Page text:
On June 10, 2009 Governor Edward G. Rendell signed Act 2 of 2009 to help address the growing need to extend health care options for those newly unemployed. Employees laid off by small employers are now eligible for state Mini-COBRA benefits. Prior to this, only those who worked for companies employing more than 20 people were eligible for federal COBRA benefits. These benefits extend health coverage under the employer’s insurance plan.
Mini-COBRA Model Notice Template Click to download a model notice for Mini-COBRA
What is “Mini-COBRA”?Mini-COBRA, or Act 2 of 2009, is a new law in Pennsylvania that gives employees of small businesses (2-19 employees) who receive health insurance from their employers the right to purchase continuation health insurance after they leave employment. It allows eligible employees and dependents to purchase health insurance for nine months after their employment ends.
Why is it called “Mini-COBRA”? Is it different from federal COBRA?
Mini-COBRA is modeled after the federal COBRA law, but with some important differences. The federal COBRA law allows employees at larger businesses (20 or more employees) to purchase continuation health coverage after they leave employment for 18 months (or, in some cases, 36 months) after their employment ends. Pennsylvania’s Mini-COBRA applies to employees of smaller businesses (2-19 employees) and it is for a shorter length of time (nine months).
Who is eligible for Mini-COBRA continuation coverage? Covered employees and their eligible dependents who lose group health insurance coverage through a small employer as a result of a “qualifying event” are eligible for Mini-COBRA continuation coverage. The covered employees and eligible dependents must have been continuously insured under the group policy or for similar benefits under any group policy which it replaced, for three consecutive months ending with the employee’s termination.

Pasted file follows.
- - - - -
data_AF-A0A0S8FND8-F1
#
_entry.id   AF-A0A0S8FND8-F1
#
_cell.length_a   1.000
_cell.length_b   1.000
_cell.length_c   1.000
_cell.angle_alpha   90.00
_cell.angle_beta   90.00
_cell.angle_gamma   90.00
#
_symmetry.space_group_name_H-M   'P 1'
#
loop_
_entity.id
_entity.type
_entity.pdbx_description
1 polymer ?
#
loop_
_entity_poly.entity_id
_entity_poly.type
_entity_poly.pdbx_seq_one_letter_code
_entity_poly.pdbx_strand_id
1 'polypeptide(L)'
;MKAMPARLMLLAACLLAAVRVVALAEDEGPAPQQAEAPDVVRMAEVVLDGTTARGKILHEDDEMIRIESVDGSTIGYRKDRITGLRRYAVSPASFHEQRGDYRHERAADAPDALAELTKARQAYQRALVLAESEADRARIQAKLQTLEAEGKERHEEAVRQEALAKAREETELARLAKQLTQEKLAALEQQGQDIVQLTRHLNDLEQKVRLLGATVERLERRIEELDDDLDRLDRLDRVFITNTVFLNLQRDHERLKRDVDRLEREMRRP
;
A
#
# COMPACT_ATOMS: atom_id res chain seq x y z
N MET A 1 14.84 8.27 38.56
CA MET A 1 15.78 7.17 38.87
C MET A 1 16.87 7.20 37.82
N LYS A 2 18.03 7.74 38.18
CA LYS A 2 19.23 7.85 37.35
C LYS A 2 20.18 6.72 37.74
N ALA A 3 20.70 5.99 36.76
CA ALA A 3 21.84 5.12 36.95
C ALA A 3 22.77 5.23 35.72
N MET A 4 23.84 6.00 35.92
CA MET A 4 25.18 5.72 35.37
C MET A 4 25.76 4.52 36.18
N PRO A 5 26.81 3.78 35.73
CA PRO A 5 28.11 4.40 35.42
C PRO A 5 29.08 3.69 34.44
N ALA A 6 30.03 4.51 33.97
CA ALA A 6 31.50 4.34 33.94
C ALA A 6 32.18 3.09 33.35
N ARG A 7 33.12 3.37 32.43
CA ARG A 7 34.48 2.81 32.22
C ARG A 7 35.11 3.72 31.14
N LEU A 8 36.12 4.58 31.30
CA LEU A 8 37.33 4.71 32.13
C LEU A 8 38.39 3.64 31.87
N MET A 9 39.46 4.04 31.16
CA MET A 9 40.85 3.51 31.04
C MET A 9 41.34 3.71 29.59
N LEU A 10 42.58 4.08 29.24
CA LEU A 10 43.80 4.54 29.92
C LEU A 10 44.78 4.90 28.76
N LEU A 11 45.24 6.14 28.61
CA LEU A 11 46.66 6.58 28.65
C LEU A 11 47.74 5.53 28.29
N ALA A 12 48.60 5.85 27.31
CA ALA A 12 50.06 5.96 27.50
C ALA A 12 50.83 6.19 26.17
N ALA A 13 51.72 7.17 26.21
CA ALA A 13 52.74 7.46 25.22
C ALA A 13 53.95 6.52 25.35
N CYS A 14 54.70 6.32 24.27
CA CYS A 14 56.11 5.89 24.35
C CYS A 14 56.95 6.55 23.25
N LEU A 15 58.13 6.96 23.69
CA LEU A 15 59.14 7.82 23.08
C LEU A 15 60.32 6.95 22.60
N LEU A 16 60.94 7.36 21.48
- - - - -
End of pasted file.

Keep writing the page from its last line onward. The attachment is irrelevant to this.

Also, continuation coverage is not available for anyone who is covered or is eligible for coverage under Medicare; who fails to verify that he is ineligible for employer-based group health insurance as an eligible dependent; or is or could be covered by any other insured or uninsured group health coverage arrangement and under which the person was not covered immediately prior to such termination (this last condition excludes Medical Assistance, CHIP and adultBasic).
What is a “qualifying event”?
A qualifying event is an event that would result in the loss of coverage for the covered employee or eligible dependent, including:
- death of the covered employee,
- termination of employment (either voluntary or involuntary, but not for the employee’s gross misconduct),
- reduction in hours,
- divorce or legal separation,
- eligibility for Medicare,
- dependent child ceasing to be dependent,
- bankruptcy of the employer.
When will an employee be eligible for Mini-COBRA?
An employees whose group coverage terminates on or after July 10, 2009 will be eligible for Mini-COBRA.
The trigger for Mini-COBRA benefits is the date the employee’s insurance coverage terminates. If that date is after the effective date of the act, the employee and eligible dependents will be entitled to Mini-COBRA benefits. This is the case even if the qualifying event is before the effective date of the act.
Can Mini-COBRA coverage be denied to me if I have a serious illness?
No, an employee or dependent who is eligible for Mini-COBRA coverage may not be discriminated against on the basis of any evidence of lack of insurability.